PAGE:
Harassed Germans do virtually all the defensive fighting in Sicily; Italians turn on them
By Richard Mowrer
With the 7th Army in Sicily, Italy –
These damned Americans fight all day and all night, and shoot all the time.
This phrase, taken from a German letter that was never mailed, adequately sums up the German soldier’s estimate of what he is up against in Sicily; numerous and aggressive Americans and lots of artillery fire, not to mention that of automatic weapons.
The Germans are fighting practically alone. Italian opposition is virtually nonexistent on the U.S. 7th Army’s front in northern Sicily.
Our troops meet some Italians, but they are few in number. Most of them are Blackshirt troops, who, since the fall of Mussolini, have been ordered to discard their Fascist Blackshirts for the uniform of the regular Italian Army.
Nazis in bad hole
Some Italian artillery forces are still supporting the Germans. But in the actual fighting line, it’s the Germans who are doing the fighting, with determination, skill and mounting desperation.
The Germans here are in a bad situation. They have the powerful U.S. 7th and British 8th Armies opposite them and the Allied air forces over their heads, and they are fighting at the deep extremity of the country of their Italian allies, who are close to collapse and whose troops do not want to fight anymore.
The Italians are even beginning to turn on the Germans. The Germans have complained of Italians firing on them, and stories of anti-German sabotage by Italian soldiers are becoming common. The Italians never liked their Nazi allies much, and now they resent them because they feel that the Germans are prolonging the war. As long as the Germans fight, at least on Italian soil, they are an obstacle to the peace which most Italians want more than anything else.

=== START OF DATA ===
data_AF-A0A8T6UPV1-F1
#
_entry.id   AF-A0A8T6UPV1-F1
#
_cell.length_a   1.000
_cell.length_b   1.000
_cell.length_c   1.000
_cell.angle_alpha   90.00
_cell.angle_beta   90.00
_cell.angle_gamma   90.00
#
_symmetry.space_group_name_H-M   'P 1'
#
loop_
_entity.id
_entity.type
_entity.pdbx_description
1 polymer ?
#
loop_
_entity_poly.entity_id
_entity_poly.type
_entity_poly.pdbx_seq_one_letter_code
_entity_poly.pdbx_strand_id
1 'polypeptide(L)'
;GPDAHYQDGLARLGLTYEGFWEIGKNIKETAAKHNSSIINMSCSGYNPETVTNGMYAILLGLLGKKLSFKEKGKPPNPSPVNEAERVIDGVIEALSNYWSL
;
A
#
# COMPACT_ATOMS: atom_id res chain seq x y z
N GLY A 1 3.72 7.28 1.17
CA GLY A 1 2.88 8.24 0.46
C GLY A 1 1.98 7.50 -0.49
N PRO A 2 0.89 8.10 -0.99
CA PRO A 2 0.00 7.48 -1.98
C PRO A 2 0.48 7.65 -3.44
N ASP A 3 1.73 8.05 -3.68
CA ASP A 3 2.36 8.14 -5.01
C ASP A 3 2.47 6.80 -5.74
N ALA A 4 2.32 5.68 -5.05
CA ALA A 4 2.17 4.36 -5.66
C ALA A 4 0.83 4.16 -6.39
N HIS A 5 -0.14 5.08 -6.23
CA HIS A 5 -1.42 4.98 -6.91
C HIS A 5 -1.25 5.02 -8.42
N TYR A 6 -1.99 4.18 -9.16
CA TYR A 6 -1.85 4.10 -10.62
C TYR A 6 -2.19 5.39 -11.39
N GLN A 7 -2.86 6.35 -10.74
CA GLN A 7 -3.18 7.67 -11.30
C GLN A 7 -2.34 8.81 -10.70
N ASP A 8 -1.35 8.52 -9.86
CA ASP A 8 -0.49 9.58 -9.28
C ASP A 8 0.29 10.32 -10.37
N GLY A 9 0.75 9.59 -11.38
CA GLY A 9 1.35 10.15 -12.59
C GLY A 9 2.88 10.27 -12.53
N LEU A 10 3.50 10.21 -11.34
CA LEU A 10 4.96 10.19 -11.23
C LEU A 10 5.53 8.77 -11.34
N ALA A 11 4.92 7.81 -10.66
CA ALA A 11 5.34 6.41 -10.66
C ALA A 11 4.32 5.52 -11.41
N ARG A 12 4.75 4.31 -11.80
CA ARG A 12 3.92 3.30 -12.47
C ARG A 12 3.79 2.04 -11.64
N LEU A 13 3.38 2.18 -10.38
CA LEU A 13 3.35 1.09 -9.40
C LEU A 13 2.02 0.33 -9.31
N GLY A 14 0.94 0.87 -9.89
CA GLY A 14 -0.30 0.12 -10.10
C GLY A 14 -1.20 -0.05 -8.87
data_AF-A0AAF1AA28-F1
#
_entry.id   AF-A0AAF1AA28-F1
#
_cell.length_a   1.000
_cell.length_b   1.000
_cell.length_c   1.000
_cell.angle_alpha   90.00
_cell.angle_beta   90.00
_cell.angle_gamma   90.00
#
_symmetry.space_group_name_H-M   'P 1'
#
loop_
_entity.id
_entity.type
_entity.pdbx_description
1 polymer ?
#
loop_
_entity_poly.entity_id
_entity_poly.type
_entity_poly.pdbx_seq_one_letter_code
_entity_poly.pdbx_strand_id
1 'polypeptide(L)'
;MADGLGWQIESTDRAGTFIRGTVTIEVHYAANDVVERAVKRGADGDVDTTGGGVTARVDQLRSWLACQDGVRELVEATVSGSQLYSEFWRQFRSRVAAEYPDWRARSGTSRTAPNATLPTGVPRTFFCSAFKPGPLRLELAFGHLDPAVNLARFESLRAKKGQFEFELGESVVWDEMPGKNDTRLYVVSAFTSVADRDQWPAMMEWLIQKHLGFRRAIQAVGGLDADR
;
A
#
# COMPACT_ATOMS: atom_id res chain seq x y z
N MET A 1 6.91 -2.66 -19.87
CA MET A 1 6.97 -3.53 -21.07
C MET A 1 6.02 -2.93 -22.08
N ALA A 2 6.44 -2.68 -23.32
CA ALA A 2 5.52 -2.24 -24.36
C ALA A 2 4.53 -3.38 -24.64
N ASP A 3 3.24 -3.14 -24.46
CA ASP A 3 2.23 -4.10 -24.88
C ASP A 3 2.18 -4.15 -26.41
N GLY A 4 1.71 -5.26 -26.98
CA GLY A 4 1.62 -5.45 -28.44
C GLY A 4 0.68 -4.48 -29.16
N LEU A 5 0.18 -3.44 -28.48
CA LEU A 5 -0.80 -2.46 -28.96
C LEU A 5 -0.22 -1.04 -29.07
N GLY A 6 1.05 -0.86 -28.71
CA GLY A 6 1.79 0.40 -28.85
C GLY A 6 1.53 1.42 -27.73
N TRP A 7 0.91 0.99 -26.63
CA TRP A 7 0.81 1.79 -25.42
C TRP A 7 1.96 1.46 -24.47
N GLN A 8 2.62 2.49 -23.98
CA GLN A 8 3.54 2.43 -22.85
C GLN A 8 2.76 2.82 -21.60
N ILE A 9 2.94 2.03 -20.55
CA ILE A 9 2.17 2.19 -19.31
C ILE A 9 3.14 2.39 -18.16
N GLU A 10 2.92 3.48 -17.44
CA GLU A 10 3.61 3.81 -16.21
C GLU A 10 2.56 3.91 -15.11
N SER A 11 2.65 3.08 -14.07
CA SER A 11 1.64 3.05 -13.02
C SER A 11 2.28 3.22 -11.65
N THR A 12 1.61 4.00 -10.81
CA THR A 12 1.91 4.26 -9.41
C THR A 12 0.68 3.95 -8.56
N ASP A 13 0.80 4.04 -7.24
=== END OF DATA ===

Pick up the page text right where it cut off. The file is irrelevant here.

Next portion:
Advantage in defense
The Germans have had one advantage of fighting defensive actions in very rugged terrain. Being on the defensive, they could fortify heights and survey terrain for their artillery which we have had to attack. But they are up against superior odds.
They have had several divisions in Sicily, but these were not all full strength. The ghost of the old 15th Panzers, which surrendered to the British 8th Army in Tunisia, has appeared on this front. It now consists partly of Slovenes, Poles and Frenchmen from annexed territories.
What the Germans call the 15th Panzers is really “the phony 15th,” as far as we are concerned. In the estimate of U.S. officers who fought in Tunisia, the Germans in Sicily are not as tough as those they were up against in Africa.
Few airfields left
The Germans are up against a superior air force. Their own has been forced off Sicily to the extent that they have only a few landing strips on it, and no permanent airfields. Since Sunday, their planes have been more active, but never on a large scale.
By day, the Nazis limit themselves to the use of fighters equipped to carry bombs. Their bombers operate mostly at night.
Our artillery has been and continues to be very effective. The Germans do not like it at all. They have lost heavily to our artillery, which has blasted them repeatedly out of good positions.
Matter of hours
The Germans tried hard to maintain a continuous front from the north to the eastern shores of Sicily. So far, they have had the advantage of being in possession of high points along Mt. Etna’s slopes, which give them command of the surrounding country. But it I snow only a matter of hours, high-ranking American officers believe, until the Germans will be forced back so far that their continuous line will be divided in two by Etna.
The damned Americans are fighting all day and all night, and shooting all the time.